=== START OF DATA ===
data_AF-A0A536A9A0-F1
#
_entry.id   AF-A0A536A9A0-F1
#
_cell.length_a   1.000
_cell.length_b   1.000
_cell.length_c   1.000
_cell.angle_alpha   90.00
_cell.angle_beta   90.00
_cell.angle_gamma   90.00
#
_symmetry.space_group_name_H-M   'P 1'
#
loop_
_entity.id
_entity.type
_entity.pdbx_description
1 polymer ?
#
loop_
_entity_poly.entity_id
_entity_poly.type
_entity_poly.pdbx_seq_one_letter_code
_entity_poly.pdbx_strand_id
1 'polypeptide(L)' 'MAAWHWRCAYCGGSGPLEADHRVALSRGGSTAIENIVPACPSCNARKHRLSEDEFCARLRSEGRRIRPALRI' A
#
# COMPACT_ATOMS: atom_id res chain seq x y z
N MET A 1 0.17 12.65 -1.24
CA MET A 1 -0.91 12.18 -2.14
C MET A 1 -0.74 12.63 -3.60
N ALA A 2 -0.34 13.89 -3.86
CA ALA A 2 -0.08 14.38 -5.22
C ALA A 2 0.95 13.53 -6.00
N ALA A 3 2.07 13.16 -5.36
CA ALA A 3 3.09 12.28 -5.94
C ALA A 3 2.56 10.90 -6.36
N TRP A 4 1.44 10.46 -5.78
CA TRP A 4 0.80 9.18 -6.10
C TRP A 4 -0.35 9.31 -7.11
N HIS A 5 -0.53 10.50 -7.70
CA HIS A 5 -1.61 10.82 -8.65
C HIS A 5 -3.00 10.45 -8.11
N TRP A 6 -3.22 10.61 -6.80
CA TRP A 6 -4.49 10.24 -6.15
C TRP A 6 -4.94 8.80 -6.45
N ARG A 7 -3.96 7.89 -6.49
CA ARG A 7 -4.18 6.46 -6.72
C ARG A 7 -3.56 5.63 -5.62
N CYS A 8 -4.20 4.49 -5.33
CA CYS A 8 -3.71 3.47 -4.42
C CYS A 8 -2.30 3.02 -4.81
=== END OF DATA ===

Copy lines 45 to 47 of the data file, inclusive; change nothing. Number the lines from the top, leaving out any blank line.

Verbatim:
C TRP A 6 -4.94 8.80 -6.45
N ARG A 7 -3.96 7.89 -6.49
CA ARG A 7 -4.18 6.46 -6.72